Topic 8: Georesources – energy and raw materials for future societies
“We want to prepare the scientific foundations on which the clean energy and resources needed to complete the energy transition and support the circular economy can be obtained.”Sarah A. Gleeson, Helmholtz Centre Potsdam – GFZ German Research Centre for Geosciences, Speaker Topic 8
How can a rapidly growing world population meet its future needs for energy and raw materials without harming the Earth system? This question is more topical than ever, because oil, natural gas, and coal are still the largest sources of energy, even today, covering 70 percent of the world’s energy requirements. Germany, too, remains heavily dependent on fossil fuels despite the energy transition, which began in 2011. Another problem is that exploiting georesources will become increasingly expensive in the future.
For example, to access the mineral resources we need for the energy transition and our high-tech society, we will have to penetrate ever deeper into the interior of the Earth. Accordingly, in addition to using raw materials more sustainably and strengthening the circular economy, we will need more efficient methods of extraction.
We carry out studies into the structure of the upper layer of the Earth’s crust and its chemico-mineralogical composition, and we investigate how it changes over different time periods. This is the only way we can discover where metals and energy resources can be found and how they can be used sustainably.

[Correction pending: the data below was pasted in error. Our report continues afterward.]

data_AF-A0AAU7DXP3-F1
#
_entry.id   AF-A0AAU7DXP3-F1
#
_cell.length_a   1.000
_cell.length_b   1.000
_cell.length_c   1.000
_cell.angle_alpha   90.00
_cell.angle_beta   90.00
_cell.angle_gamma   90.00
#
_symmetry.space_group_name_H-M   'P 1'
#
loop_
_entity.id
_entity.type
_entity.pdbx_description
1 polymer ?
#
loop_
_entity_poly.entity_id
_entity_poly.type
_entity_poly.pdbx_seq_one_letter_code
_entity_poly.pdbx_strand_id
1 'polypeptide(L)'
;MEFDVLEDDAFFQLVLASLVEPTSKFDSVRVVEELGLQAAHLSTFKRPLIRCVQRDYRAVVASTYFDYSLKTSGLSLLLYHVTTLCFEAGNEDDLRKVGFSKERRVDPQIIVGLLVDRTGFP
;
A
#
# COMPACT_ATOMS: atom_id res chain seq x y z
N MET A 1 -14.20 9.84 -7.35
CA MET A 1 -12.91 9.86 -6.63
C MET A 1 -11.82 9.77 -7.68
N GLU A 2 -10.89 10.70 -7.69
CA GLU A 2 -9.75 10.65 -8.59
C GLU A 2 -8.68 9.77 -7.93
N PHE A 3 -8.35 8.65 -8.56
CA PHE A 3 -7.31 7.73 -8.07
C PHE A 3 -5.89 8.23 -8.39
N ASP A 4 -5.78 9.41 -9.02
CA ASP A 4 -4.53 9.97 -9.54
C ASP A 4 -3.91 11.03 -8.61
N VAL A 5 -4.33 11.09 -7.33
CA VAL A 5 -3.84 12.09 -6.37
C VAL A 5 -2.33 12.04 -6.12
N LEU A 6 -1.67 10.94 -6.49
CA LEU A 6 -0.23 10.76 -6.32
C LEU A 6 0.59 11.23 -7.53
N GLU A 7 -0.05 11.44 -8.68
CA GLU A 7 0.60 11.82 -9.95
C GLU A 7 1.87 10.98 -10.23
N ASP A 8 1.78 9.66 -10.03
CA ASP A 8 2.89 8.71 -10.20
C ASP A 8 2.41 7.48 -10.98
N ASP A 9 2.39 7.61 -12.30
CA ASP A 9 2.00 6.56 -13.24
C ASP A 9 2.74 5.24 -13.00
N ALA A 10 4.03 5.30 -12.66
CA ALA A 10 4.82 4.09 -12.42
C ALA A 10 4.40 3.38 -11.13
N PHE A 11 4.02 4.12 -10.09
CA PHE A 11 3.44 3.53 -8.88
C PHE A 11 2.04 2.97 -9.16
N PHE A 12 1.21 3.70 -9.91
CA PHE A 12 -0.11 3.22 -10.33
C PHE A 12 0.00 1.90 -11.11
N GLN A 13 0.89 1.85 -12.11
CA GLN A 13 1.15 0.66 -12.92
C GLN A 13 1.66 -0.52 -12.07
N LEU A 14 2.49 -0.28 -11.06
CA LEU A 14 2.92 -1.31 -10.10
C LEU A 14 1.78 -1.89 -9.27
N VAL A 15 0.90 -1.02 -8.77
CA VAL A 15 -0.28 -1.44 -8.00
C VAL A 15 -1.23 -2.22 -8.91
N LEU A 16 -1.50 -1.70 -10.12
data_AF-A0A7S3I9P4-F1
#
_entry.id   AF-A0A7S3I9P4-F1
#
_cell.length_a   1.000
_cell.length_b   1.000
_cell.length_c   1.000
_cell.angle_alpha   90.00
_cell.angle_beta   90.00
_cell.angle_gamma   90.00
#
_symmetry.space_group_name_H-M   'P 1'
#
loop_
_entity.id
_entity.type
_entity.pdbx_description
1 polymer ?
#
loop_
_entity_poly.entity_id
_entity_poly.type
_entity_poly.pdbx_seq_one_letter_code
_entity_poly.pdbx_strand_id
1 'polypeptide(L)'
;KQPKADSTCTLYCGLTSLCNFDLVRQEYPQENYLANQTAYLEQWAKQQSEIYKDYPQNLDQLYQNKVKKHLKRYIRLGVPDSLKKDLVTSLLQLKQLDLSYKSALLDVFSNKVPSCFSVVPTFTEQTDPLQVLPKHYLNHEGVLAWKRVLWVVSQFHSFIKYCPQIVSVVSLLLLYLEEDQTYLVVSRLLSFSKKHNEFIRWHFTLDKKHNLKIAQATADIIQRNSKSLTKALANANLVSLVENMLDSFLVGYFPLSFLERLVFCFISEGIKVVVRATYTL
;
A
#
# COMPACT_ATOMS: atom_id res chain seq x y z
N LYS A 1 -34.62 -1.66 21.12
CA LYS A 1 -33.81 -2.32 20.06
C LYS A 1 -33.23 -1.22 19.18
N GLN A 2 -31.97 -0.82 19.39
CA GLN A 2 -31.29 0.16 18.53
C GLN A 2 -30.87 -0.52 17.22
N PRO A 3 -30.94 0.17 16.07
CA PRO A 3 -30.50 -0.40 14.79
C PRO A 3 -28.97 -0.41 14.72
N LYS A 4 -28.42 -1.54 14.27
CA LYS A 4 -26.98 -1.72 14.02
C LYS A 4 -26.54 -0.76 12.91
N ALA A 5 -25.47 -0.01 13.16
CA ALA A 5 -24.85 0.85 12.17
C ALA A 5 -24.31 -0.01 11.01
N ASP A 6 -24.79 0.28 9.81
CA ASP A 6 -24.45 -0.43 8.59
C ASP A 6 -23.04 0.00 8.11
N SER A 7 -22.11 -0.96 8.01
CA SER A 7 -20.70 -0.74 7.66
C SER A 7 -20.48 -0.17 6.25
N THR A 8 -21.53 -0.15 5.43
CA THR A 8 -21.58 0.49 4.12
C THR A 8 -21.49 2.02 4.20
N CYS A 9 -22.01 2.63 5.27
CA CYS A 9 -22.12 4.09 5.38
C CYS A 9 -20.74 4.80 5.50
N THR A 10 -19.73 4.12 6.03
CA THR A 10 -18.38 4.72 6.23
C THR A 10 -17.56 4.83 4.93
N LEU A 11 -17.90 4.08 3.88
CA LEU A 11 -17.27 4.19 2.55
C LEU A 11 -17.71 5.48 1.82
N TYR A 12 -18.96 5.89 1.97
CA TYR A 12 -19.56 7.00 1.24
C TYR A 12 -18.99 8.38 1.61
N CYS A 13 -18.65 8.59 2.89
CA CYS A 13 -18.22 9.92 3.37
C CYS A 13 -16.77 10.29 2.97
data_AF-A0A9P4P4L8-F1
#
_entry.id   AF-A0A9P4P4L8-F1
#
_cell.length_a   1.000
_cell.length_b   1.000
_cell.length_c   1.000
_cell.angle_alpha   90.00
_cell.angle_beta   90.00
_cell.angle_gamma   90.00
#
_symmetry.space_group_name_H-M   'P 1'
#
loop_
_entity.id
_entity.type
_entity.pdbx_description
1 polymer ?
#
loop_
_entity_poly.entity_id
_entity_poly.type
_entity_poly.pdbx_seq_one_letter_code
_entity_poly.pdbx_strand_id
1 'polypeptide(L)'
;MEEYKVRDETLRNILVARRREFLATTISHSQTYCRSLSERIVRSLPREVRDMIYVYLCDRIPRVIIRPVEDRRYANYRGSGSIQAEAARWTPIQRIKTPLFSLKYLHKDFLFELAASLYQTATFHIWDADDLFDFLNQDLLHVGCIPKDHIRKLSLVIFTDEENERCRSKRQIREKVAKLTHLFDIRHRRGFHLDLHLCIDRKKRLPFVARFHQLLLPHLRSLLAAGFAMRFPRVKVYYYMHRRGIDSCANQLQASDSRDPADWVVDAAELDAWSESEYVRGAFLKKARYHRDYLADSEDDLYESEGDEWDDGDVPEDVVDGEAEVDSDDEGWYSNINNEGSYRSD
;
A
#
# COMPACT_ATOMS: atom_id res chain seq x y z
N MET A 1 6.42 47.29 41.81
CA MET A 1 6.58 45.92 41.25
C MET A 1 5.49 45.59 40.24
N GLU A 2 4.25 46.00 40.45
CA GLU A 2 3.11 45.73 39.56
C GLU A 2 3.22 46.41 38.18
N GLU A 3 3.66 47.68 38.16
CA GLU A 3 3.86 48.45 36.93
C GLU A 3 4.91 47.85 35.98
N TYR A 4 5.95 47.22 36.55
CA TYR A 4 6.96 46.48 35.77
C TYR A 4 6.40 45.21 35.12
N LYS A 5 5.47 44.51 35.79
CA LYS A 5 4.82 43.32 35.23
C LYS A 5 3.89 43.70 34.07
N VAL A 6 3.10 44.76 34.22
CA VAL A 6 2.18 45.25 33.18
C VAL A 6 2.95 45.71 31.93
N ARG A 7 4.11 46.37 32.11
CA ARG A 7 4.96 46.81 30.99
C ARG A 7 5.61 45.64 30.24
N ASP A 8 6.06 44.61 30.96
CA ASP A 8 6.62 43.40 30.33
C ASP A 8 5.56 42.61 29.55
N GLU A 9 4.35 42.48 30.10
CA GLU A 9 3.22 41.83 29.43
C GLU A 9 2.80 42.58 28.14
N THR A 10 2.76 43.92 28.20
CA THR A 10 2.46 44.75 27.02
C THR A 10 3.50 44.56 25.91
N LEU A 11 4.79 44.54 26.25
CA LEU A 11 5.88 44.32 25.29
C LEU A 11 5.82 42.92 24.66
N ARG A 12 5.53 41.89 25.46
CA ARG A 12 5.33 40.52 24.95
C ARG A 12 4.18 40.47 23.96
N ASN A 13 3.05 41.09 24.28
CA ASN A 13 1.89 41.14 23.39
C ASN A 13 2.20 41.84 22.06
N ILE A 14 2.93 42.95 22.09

We also develop new concepts and models to harness geothermal energy for the supply of heat and power or to locate valuable raw materials and improve our understanding of how they form on dry land and in the oceans. Resources like copper, zinc, or rare earth metals are found deep underground; sulfides and manganese nodules are formed on the seabed. Another area we want to investigate is how carbon dioxide or hydrogen, for example, can be stored reliably and sustainably under the ground. In order to optimize storage and energy generation, we are developing new 4D Earth models that can be used to analyze physical properties and processes that occur deep underground over the course of time. As a result, we are also making a contribution toward the safe storage of radioactive waste.The solutions for a future energy mix must be reliable, environmentally friendly, and economically efficient. We aim to use our research findings to advise policymakers before they make decisions on how resources might be better used and managed in the future.